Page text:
Heritage again reached out to Bobby Digital for his production acumen on their international breakthrough release “Don’t Haffi Dread”, released by VP in 1999. “Don’t Haffi Dread” continued along the same pioneering path as “Liberation” and it was the first Morgan Heritage album to be recorded with them playing their instruments live in the studio, a remarkable achievement, Peetah explains, because “it was done at a time when we were told live recording will never come back to Jamaica”. “Bobby Digital has worked with everyone in the reggae business and he wanted to do something different and he had never worked recording a group live,” Peetah continued, “and from that point on, every record we did with him was recorded live; that was a great accomplishment for a young group.” The title song from “Don’t Haffi Dread” remains one of the most requested in the group’s hit filled repertoire with its easily sung, catchy refrain “you don’t haffi dread to be Rasta” (that is, you don’t have to wear dreadlocks to observe the tenants of the Rastafarian faith). “It’s not everyone with dreads who embraces the faith of Rastafari and its not every Rastaman that have dreadlocks,” Peetah explained. “It was the first time any one said something like that on record, at the same time being Rastafarian. It caused a lot of controversy and got us a lot of attention even in places we had never performed.” Even the mainstream media took notice of the Morgan’s who, along with their father, were featured in a special Fathers Day segment on the CBS network’s longstanding Sunday Morning news program. From the same album is the jaunty “Reggae Bring Back Love”, something the group does in each of their performances, and “New Time, New Sign”, another inspiring testament to their Rastafarian faith.
The exquisite “Down By The River”, taken from Heritage’s fourth album “More Teachings”, released by VP in 2001, is an anthem of renewed spiritually sung over producer Dean Fraser’s flawless remake of the 1965 “What Kind of World” rhythm, popularized in a hit by The Cables. With its effervescent beat and joyously redemptive lyrics “Down by the River” topped the charts in Jamaica, Japan, France and the UK, where it held the premier position for 16 consecutive weeks. The group’s self produced “Meskal Square”, so named for the main square in Addis Ababa, Ethiopia, the birthplace of Christianity and the spiritual home of Rastafari, conveys the central importance of Ethiopian Emperor and Rastafarian Savior His Imperial Majesty Haile Selassie as well as Christianity in their lives. “Jah Seed”, also produced by Morgan Heritage, is a sensitively sung allegiance to “the light and leader of all things, the glorious king” Jah Rastafari.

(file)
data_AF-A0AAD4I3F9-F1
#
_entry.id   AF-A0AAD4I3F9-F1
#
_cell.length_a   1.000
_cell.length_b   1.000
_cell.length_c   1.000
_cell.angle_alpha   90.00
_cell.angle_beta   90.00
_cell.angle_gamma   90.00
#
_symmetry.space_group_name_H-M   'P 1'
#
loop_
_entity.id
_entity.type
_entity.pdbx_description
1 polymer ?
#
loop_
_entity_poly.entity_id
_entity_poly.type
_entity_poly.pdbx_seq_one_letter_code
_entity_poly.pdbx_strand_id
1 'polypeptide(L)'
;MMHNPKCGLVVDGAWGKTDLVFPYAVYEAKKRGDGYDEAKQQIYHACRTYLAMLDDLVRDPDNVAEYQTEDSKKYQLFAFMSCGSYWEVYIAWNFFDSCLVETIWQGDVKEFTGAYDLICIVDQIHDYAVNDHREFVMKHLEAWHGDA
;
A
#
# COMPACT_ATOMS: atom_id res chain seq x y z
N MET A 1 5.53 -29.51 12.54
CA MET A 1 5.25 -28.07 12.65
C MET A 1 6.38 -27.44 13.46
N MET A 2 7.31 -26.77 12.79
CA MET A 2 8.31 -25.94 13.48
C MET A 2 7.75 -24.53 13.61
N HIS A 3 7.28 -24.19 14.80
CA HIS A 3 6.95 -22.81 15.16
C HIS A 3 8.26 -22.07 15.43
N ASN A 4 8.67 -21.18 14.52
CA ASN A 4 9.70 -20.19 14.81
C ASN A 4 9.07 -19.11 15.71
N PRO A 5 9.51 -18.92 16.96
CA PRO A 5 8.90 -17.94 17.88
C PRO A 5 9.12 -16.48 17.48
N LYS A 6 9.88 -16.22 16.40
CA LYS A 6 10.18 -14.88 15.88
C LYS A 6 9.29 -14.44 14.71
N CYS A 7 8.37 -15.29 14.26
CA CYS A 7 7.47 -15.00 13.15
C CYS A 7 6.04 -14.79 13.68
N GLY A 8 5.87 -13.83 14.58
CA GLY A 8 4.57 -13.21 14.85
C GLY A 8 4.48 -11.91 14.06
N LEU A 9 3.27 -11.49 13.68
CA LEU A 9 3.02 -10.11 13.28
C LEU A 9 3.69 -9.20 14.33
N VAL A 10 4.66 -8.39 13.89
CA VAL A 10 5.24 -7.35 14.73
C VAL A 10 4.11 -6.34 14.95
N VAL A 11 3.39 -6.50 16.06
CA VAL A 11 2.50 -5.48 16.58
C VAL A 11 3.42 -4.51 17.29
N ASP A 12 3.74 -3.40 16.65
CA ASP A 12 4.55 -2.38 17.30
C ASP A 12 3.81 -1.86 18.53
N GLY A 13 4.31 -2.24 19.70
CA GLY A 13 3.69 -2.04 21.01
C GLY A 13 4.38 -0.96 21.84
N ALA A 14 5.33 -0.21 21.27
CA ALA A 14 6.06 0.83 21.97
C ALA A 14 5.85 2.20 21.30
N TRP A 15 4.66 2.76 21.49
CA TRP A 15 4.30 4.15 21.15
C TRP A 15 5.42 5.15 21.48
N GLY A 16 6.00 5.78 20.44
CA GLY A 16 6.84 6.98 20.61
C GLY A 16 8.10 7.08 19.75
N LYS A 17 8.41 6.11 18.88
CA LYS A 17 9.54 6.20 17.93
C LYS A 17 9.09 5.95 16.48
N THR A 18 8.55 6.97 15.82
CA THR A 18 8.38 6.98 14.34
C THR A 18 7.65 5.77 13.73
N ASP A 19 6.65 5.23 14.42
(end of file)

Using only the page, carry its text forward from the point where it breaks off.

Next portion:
The Morgan’s returned to Bobby Digital, with whom they have created some of their most outstanding tracks, for their 2003 VP Records release “Three In One”. The romantic “She’s Still Loving Me” has an irresistible country and western flavor that seamlessly dovetails with the band’s roots reggae sensibilities while the contrast between Peetah’s emotional tenor and Gramps’ soulful baritone make this one of the group’s most requested tunes. “A Man is Still A Man” is characterized by gentle harmonies, a rocking bass heavy rhythm and a timeless message that is expressed with renewed vigor: “A man is still is still a man, whether him rich or poor, black or white for sure, the only difference is, if he’s good or evil”. Also from “Three In One” is the group’s remix of their dance-reggae hit “Jump Around”, a tribute to reggae that evokes Bob Marley’s 1979 disco hit “Could you Be Loved” as laminated with a 21st century punk edge. Layers of crunching guitars played by Benji Madden of the punk group Good Charlotte are punctuated by Mr. Mojo’s vivaciously rapped verse, which typifies the multi-genre inspirations that color the Morgans brand of contemporary roots music. Among those influences is punk rock, which they were heavily exposed to as one of the featured acts on the punk leaning Vans Warped Tour in 2002 and 2003. “Before we joined the Warped Tour, we were just a young upcoming reggae act but after eight weeks of strictly punk rock throughout the summer touring with them we realized that punk rock is pretty much on the same trend as reggae: it is politically conscious, socially conscious, and it encourages people to be who they are no matter what people think of you,” notes Peetah. “We were influenced by the energy and stage performance of punk rock and it brought more edge to our sound. That is why we classify our music as Rockaz music because it is reggae music that rocks.”